There are different options to create or manage partitions under Oracle Linux – fdisk is one of them. This post describes its usage and the use case when creating a new partition table. fdisk is a menu-driven program for the creation and manipulation of partition tables. It understands GPT (experimental for now), MBR, Sun, SGI, and BSD partition tables.

Hard disks can be divided into one or more logical disks called partitions. This division is recorded in the partition table, found in sector 0 of the disk. (In the BSD world one talks about ‘disk slices’ and a ‘disklabel’.)

Linux needs at least one partition, namely for its root file system. It can use swap files and/or swap partitions, but the latter is more efficient. So, usually one will want a second Linux partition dedicated as a swap partition. On Intel-compatible hardware, the BIOS that boots the system can often only access the first 1024 cylinders of the disk. For this reason, people with large disks often create a third partition, just a few MB large, typically mounted on /boot, to store the kernel image and a few auxiliary files needed at boot time, so as to make sure that this stuff is accessible to the BIOS. There may be reasons of security, ease of administration and backup, or testing, to use more than the minimum number of partitions.

The basic fdisk commands needed are:

  • p print the partition table
  • n create a new partition
  • d delete a partition
  • q quit without saving changes
  • w write the new partition table and exit

Changes you make to the partition table do not take effect until you issue the write (w) command.

Further information can be found at the man pages:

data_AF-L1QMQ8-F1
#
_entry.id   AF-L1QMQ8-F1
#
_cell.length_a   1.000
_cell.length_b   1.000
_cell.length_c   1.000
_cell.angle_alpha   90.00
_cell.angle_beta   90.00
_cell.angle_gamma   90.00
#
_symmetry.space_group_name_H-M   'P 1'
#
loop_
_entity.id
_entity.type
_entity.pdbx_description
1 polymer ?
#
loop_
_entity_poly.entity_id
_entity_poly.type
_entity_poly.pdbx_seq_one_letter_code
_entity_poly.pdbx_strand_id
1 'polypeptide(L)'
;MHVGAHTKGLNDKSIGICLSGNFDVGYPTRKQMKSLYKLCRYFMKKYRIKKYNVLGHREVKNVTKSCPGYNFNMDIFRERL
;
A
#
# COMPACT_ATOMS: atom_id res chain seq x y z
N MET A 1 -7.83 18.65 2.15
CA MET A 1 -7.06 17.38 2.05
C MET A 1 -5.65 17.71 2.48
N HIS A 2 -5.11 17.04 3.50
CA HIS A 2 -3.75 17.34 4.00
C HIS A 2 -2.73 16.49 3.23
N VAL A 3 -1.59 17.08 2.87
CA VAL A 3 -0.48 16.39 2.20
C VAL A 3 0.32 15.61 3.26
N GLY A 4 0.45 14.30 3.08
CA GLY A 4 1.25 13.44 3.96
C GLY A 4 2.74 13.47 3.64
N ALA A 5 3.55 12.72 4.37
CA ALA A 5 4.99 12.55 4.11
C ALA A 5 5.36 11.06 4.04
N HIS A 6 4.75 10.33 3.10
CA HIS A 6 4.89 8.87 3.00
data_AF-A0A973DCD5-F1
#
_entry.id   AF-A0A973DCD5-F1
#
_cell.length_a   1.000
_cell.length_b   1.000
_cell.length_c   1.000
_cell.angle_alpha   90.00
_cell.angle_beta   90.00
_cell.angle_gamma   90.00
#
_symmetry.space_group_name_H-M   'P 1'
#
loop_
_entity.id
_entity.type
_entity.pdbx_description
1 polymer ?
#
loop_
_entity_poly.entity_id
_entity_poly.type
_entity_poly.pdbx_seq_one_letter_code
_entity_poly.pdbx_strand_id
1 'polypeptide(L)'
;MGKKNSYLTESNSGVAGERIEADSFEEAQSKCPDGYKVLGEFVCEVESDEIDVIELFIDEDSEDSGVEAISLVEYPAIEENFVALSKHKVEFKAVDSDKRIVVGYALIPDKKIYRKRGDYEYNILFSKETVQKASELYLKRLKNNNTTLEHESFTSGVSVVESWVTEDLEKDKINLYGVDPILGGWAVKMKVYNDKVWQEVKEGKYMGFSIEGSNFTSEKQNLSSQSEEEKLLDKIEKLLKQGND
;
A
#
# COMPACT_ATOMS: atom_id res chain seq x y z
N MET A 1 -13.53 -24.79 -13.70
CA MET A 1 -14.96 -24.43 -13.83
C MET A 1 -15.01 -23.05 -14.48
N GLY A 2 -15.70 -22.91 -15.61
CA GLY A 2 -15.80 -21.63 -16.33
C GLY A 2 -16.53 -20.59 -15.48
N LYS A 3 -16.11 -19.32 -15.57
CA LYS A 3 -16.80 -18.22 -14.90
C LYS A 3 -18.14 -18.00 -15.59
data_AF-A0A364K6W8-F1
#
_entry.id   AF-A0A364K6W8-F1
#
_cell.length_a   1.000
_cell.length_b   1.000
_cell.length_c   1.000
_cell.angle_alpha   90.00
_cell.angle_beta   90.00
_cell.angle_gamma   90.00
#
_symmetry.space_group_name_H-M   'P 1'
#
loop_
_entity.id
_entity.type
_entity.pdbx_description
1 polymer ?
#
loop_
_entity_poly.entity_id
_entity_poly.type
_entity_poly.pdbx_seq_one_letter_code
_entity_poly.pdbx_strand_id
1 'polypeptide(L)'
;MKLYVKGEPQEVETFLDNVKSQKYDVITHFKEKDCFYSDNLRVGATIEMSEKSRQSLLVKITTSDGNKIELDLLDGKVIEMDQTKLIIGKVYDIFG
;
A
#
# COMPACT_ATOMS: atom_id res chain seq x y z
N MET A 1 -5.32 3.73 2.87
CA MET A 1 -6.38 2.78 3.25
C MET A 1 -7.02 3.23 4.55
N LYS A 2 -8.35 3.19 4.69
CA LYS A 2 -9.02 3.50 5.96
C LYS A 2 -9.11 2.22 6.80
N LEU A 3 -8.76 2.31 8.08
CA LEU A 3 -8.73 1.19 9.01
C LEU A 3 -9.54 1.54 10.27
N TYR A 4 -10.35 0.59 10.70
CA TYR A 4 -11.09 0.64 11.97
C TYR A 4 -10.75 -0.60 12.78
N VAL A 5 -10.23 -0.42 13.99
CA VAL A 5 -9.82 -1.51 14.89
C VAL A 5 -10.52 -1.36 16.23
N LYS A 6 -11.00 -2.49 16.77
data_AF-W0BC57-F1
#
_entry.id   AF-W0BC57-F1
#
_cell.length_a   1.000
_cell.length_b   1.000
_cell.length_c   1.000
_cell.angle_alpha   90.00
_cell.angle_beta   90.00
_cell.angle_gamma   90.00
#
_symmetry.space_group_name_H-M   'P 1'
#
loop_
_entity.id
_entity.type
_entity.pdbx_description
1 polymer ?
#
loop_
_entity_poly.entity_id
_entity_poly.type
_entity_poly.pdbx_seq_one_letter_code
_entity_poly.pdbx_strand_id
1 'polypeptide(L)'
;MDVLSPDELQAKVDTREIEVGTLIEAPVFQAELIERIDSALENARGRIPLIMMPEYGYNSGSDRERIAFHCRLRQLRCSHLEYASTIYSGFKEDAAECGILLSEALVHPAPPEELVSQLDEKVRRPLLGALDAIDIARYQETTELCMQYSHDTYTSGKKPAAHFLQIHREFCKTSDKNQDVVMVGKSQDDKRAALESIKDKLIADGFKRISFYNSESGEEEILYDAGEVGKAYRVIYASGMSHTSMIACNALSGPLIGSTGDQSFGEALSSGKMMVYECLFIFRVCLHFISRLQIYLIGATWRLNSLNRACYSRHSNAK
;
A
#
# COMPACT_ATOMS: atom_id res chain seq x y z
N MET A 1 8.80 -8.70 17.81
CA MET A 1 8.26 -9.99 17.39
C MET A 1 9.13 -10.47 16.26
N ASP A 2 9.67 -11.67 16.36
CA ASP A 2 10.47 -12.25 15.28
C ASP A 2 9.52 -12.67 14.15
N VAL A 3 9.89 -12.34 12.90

Partitioning a disk with fdisk

1. Run fdisk against the desired device “/dev/device_name”.

# fdisk /dev/sdc
Welcome to fdisk (util-linux 2.23.2).
Changes will remain in memory only until you decide to write them.
Be careful before using the write command.

Device does not contain a recognized partition table

Command (m for help):

2. Choose option “p” to print the partition table of the disk:

Command (m for help): p
Disk /dev/sdc: 4294 MB, 4294967296 bytes, 8388608 sectors
Units = sectors of 1 * 512 = 512 bytes
Sector size (logical/physical): 512 bytes / 512 bytes
I/O size (minimum/optimal): 512 bytes / 512 bytes

3. Choose option “n” to create a new partition:

Command (m for help): n
Partition type:
p primary (0 primary, 0 extended, 4 free)
e extended
Select (default p): p
Partition number (1-4, default 1):
First sector (2048-8388607, default 2048):
Using default value 2048
Last sector, +sectors or +size{K,M,G} (2048-8388607, default 8388607): 4056
Partition 1 of type Linux and of size 1004.5 KiB is set

Note: To create another partition choose option “n” again.

Here is an exaple of creating another partition on the same disk:

Command (m for help): n
Partition type:
p primary (1 primary, 0 extended, 3 free)
e extended
Select (default p): p
Partition number (2-4, default 2):
First sector (4057-8388607, default 4096):
Using default value 4096
Last sector, +sectors or +size{K,M,G} (4096-8388607, default 8388607):
Using default value 8388607
Partition 2 of type Linux and of size 4 GiB is set

4. Check the partition table with the option “p“:

Command (m for help): p
Disk /dev/sdc: 4294 MB, 4294967296 bytes, 8388608 sectors
Units = sectors of 1 * 512 = 512 bytes
Sector size (logical/physical): 512 bytes / 512 bytes
I/O size (minimum/optimal): 512 bytes / 512 bytes

Device Boot Start End Blocks Id System
/dev/sdc1 2048 4056 1004+ 83 Linux
/dev/sdc2 4096 8388607 4192256 83 Linux

5. Choose the option “w” to write the new partition or partitions.

Command (m for help): w
The partition table has been altered!
Calling ioctl() to re-read partition table.
Syncing disks.

6. Run the command partprobe to inform the OS of partition table changes: